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What Happens After a Construction Site Chemical Accident?

Hazardous chemicals are among the most significant risks construction workers face. As such, knowing how to prevent and respond to toxic chemical exposure when the time is right is key to minimizing work site losses and injuries. Employers are responsible for having effective spill control plans and appropriate protective equipment in place for all employees working in areas where hazardous chemicals exist.

The spill control plans must match the requirements set forth by the Occupational Health and Safety Administration (OSHA). If you are routinely exposed to hazardous chemicals while on the job, you need to know several important things.

How Chemical Exposure Occurs

Exposure to hazardous chemicals may occur in a variety of ways. People can be exposed by inhaling or ingesting chemicals, by having chemicals enter their eyes or direct skin contact.

Chemicals that are commonly found on construction sites can be flammable, corrosive, and poisonous. Whether spilled, released as fumes or gas, sprayed, or otherwise disbursed, certain chemicals may result in severe burns, vision loss, respiratory damage, and more.

How Companies Can Mitigate Exposure-Related Damages

Companies that work with, store, and ship hazardous chemicals should have several clear hazard-specific protocols in place for mitigating injuries and loss after exposure. This is known as a spill response plan, which can include evacuating the area, administering necessary first aid, and taking steps to stop the spill.

A good spill-response plan will include specific individuals in charge of ensuring that each mitigation step is taken. However, all people working close to hazardous chemicals must have comprehensive training to handle them and address exposure events.  

For each chemical substance that a person might come in contact with, various actions must be taken as part of administering first aid, performing the cleanup, and taking other emergency actions.

These issues should be addressed during employee trainings. Moreover, written copies should be kept at or near the hazardous work area. Spill kits should also be readily available to guide people through the mitigation and first aid process and provide any necessary, hazard-specific first aid materials.

Strategies for Mitigating Facility Damage and Injuries

Part of a company's chemical response protocol are measures that are taken to prevent further harm to the facility itself. But these measures should never take precedence over human life. Workers have the first responsibility of making sure that they are safe.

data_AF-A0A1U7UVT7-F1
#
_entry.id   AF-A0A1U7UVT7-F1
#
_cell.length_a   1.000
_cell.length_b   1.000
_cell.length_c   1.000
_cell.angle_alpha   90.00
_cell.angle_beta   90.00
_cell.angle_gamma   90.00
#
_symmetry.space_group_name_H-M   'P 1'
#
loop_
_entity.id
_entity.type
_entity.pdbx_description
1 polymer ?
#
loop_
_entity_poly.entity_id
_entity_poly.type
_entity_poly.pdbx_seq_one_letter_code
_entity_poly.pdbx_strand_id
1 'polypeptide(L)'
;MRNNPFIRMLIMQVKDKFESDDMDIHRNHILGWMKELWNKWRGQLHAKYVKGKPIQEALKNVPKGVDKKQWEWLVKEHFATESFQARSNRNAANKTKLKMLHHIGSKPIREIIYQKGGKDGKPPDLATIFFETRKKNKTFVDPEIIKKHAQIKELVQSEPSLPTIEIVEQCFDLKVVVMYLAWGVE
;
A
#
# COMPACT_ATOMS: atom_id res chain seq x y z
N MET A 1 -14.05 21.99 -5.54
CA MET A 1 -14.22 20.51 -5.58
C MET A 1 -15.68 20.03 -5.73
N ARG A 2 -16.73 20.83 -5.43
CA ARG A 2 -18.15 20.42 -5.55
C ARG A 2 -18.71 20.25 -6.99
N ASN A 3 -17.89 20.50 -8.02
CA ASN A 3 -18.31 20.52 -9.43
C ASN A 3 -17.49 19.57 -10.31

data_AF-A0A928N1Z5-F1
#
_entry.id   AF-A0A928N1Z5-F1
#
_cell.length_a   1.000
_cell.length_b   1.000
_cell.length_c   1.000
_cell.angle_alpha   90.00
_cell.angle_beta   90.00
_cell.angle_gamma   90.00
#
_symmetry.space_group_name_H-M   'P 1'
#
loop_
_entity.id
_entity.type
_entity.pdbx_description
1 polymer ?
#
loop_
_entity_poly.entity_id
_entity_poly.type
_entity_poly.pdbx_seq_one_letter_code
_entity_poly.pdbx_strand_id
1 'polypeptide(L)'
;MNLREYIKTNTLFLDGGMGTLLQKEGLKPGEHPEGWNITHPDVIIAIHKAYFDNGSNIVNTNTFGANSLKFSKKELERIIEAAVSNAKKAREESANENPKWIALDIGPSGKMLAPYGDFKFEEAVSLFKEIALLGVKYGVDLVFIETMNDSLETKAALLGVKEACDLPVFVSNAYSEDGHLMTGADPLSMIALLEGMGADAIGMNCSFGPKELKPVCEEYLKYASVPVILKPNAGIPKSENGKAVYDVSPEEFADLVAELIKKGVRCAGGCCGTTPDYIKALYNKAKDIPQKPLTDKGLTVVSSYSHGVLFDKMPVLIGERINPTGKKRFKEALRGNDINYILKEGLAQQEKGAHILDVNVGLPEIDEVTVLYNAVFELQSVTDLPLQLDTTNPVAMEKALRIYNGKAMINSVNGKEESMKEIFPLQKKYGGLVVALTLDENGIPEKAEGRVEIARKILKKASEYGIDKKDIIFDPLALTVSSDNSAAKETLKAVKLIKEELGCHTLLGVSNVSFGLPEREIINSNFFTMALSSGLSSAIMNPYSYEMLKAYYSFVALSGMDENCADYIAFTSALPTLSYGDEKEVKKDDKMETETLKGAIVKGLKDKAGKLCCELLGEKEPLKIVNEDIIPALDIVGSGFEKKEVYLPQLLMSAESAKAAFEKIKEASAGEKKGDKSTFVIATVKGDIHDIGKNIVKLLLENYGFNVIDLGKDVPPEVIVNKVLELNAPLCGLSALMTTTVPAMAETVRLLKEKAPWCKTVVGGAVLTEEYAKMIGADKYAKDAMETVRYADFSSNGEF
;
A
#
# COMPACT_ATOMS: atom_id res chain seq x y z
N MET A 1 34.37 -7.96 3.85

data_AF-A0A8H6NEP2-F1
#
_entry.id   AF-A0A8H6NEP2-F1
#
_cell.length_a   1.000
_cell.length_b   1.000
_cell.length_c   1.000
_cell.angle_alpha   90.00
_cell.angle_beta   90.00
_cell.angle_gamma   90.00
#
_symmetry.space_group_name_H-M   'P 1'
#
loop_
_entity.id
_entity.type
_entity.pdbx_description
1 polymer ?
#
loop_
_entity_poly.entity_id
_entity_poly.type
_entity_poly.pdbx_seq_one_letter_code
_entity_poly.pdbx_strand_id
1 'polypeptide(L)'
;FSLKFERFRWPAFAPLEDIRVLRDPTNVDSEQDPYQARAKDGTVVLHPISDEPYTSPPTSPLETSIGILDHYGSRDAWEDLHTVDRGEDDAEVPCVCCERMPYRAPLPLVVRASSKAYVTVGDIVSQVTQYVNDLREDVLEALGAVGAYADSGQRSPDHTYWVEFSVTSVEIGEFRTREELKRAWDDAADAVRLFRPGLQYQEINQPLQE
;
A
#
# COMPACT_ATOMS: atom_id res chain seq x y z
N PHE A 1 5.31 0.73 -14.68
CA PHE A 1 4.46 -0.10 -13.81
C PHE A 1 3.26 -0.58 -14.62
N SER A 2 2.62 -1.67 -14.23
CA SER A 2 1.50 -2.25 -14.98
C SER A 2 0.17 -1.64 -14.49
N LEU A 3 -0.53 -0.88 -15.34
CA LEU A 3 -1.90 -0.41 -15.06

Managers and team leaders should direct employees away from the affected area to prioritize their well-being, rather than the integrity of inventories and other assets.

Certain mitigation strategies for preventing further facility damage are also essential for protecting people in the area. It is undoubtedly the case for chemicals and other agents that are highly flammable or explosive.

Shut-off valves should be turned off and the area duly contained. Anyone close to the worksite must be notified even if they are not at risk of being exposed within a contained area.

Those who came in direct contact with chemicals or fumes should:

  • Use eyewash stations.
  • Remove all contaminated clothing.
  • Call 9-1-1 and request first responders.
  • Enter a safety shower.

Exposure to specific chemicals might come with delayed effects workers are not even aware of. After a toxic chemical exposure or dangerous spill, all the accident details should be shared with emergency first responders as needed.

The Immediate and Long-Term Dangers of Chemical Exposure

Among some of the various chemical hazards that employees might encounter while working on a construction site are:

  • Acids
  • Chemical solvents
  • Pesticides
  • Carbon monoxide
  • Gas
  • Industrial cleaning agents.

When working in confined spaces, chemical exposure can be extremely detrimental to human health, especially when prolonged. There are countless instances in which various physical agents and atmospheric factors have harmed construction workers. Many workers die each year for these same reasons.

Although chemical burns, eye injuries, and inhalation-related injuries are among the most common injuries sustained due to chemical exposure, these events can also negatively affect a person's nervous system health.

Nerve and neurological damages can be sustained due to any form of prolonged contact with certain chemicals. This includes swallowing, skin or eye contact, and inhalation.


Exposure to hazardous chemicals can have a lasting impact on construction workers, mainly when exposure events aren't adequately mitigated. From debilitating and disfiguring injuries to long-term nerve and neurological damage, these events can be devastating. If you've been harmed as the result of chemicals that you've encountered while on the job, filing a claim could help you get the compensation you need and deserve.

It would also be best if you learned more about the responsibilities of companies that maintain, transport, or handle hazardous chemicals on construction sites before working with dangerous substances. And if a construction site operator tries to evade these responsibilities, consider talking to a construction accident lawyer. (Source:

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